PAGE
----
In a recently popular documentary, Rosie, a 5th-grader from a small town in Colorado, describes how she often goes to bed with an empty pit in her stomach. Sometimes the hunger is so bad that she can’t concentrate in school. Her mother works at a diner, making sometimes as little as $120 every two weeks. They survive, partly on the generosity of their church and a local food bank. Still, it’s tight.
The documentary—A Place at the Table—brings to the fore the issue of hunger in America. According to the USDA, 47 million Americans are recipients of the Supplemental Nutrition Assistance Program (SNAP), or food stamps. The USDA classifies these folks as “food insecure.” Translated: 47 million Americans don’t necessarily know where their next meal is coming from. The film’s solution to this problem? The American people should petition Congress to allocate more taxpayer dollars toward improving the school lunch program.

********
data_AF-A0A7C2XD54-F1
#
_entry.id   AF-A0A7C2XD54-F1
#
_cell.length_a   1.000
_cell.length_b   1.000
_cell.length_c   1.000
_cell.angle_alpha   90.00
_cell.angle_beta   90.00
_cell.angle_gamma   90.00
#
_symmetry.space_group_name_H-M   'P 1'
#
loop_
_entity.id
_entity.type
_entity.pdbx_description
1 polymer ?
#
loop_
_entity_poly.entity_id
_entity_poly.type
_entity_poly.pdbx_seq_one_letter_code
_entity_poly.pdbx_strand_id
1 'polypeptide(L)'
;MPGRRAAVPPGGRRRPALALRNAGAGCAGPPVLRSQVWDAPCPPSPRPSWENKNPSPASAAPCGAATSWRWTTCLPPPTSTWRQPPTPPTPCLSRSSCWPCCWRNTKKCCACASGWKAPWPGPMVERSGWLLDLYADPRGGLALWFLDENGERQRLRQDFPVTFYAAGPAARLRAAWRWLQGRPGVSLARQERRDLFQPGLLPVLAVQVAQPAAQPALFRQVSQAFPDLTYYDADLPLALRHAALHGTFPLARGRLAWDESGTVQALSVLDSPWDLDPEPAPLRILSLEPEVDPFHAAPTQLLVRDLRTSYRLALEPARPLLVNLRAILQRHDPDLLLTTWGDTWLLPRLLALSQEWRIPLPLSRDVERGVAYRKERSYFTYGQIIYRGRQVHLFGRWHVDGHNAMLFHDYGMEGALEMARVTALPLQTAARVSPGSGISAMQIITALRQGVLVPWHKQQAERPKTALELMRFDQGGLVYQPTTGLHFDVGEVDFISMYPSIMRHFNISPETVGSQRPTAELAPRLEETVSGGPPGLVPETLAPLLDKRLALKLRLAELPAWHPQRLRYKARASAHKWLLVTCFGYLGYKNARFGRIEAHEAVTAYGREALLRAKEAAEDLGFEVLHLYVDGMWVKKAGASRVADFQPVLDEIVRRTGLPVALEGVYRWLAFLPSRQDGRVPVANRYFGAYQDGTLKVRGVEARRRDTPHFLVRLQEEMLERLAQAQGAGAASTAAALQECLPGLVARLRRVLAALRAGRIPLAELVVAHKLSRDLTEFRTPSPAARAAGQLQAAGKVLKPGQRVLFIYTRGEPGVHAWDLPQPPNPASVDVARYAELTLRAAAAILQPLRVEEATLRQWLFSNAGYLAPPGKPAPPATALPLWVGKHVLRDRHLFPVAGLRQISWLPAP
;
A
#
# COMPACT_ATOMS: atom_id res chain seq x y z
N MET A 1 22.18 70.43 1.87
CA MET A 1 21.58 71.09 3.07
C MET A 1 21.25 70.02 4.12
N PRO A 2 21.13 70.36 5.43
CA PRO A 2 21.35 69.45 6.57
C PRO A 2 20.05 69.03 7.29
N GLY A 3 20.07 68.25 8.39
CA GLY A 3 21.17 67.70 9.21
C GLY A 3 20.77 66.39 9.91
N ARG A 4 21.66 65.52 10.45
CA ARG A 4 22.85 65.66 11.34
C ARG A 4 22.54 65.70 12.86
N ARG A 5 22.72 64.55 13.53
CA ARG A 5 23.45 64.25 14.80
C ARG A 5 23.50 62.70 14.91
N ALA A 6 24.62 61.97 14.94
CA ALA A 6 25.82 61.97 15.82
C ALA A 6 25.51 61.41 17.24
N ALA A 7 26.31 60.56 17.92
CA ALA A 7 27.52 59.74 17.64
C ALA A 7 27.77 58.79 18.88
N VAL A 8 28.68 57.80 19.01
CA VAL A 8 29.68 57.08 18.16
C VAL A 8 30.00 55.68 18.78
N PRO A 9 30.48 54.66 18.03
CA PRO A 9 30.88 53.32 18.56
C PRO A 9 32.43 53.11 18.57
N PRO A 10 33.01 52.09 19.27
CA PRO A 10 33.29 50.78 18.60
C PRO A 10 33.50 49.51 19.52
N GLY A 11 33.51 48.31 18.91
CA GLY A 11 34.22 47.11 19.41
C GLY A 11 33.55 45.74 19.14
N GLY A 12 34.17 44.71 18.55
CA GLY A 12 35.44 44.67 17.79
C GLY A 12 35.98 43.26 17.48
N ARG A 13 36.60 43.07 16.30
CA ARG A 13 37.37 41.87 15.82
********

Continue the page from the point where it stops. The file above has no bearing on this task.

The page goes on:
In 1969, almost 3 million Americans qualified to receive SNAP benefits, costing the US government around $250 million. In 2012, the government spent nearly $80 billion to feed 47 million. But despite all this spending, we find that Americans are perhaps poorer, fatter, and sicker than ever.
The reality is that the issue of food is multi-faceted and highly complex, and extends beyond the issue of hunger into issues of health and human flourishing. If we really want to find a way to make sure everyone in America is well-fed—sustainably and nourishingly fed—we have to look at the issue from all angles.